Faith During Persecution

Posted: December 29, 2011 in Psalms
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Psalms 52-55, “Faith During Persecution”
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Many times when people think of the Psalms, they think of the glorious songs of praise.  What we sometimes forget are the songs of wailing and despair.  Yet the Psalms are full of songs that speak to people to suffer deeply.  David suffered often – and he wasn’t afraid to be honest about it.  Sometimes his suffering was his own fault due to sin (as we saw last week in Ps 51); sometimes he suffered because of the sins of others.  (No different than us!)

In Psalms 52-55, David experiences political persecution, outright wickedness, and personal betrayal.  In all of the turmoil, there’s one thing that doesn’t change: the foundation of his faith – God.  When your world falls apart, what do you do?  Plant yourself on the solid foundation of Christ Jesus!

Psalm 52 (NKJV) – The Prideful Evildoer
To the Chief Musician. A Contemplation of David Told Saul, and Said to Him, “David Has Gone to the House of Ahimelech.”

  • The full background is found in 1 Samuel 21-22.  David had been on the run from Saul (after it was made clear that Saul desired to kill David in jealousy), and for refuge had gone to the town of Nob, where apparently the Tabernacle was located at the time.  He received help from Ahimelech the priest, who gave the loaves of showbread to David & his men to eat, and also armed him with the sword taken from Goliath.  David ended up running to Gath of the Philistines to attempt to find refuge.  (Not exactly the wisest of moves considering he was carrying the sword that belonged to the Philistine champion & David was well known for his military success against the Philistines!)  Apparently Doeg the Edomite (a Gentile) had witnessed the whole event & reported all of David’s moves back to King Saul.  Saul was infuriated with the priest & had Ahimelech & 85 other priests massacred that day.  It was out of all of these events that David wrote this psalm.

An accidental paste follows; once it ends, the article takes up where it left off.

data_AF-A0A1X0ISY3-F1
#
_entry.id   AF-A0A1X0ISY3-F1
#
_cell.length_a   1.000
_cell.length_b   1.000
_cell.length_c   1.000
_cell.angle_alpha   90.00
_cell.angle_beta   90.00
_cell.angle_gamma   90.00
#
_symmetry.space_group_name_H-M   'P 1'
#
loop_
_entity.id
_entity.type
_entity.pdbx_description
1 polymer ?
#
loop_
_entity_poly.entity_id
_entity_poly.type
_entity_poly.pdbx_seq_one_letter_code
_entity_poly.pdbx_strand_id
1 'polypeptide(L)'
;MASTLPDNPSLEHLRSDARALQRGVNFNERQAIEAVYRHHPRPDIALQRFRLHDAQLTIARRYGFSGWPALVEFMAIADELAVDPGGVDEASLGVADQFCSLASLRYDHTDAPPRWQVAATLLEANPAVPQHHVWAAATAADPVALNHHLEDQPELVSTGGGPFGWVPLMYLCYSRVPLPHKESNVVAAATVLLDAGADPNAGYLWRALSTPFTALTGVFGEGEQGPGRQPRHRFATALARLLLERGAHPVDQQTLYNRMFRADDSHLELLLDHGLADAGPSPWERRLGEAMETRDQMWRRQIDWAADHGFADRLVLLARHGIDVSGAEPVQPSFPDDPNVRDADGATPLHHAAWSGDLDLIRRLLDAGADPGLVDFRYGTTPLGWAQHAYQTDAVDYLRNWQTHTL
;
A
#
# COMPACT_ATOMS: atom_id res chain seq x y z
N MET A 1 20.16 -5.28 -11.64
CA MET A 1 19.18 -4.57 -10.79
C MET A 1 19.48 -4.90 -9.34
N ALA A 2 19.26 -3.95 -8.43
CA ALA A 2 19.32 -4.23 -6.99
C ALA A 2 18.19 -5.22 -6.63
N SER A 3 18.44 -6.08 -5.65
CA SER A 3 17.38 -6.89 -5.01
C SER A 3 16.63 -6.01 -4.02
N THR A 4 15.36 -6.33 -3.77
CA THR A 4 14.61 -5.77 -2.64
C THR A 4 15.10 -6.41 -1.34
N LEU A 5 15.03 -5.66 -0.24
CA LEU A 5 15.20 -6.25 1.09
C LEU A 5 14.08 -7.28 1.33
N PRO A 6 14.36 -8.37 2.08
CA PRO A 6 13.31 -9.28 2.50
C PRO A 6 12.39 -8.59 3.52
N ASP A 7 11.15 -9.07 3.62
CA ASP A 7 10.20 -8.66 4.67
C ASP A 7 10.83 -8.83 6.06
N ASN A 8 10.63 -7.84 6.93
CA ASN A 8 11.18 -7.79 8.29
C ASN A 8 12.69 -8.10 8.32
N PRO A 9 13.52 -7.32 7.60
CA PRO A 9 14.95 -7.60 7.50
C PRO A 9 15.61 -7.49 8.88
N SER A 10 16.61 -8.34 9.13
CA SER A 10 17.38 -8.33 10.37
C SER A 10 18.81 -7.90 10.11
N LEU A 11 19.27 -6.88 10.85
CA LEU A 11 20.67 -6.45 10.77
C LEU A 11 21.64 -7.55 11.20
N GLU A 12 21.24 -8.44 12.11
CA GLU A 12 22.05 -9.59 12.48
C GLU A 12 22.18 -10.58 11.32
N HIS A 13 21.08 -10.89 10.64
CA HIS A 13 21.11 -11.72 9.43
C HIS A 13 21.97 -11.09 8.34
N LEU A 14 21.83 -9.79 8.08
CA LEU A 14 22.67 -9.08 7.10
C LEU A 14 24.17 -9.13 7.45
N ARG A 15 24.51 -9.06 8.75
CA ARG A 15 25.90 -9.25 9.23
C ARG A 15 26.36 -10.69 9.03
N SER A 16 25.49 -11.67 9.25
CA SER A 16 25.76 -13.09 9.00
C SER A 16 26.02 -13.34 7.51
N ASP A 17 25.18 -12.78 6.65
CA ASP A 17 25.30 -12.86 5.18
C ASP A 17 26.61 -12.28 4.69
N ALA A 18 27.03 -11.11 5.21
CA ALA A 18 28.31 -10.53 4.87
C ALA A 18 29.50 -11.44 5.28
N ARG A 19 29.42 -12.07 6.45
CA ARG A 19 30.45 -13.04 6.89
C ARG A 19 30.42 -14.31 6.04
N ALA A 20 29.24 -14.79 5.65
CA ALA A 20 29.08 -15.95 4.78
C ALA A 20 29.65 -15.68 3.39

• What would you say if you were hated, spied upon, and dozens of people died for the simple reason of your faithfulness to Christ?  It may sound surreal to our ears, but this is the case for believers all over the world who live in regions that are hostile to the gospel.  Government agents infiltrate the church & neighbors turn in neighbors in an attempt to stamp out the gospel in their country.  Is God still in control in those cases?  Absolutely!  God is still in control in every case.  Injustice may exist for a time, but it is not ignored by Almighty God.  He sees & He will act.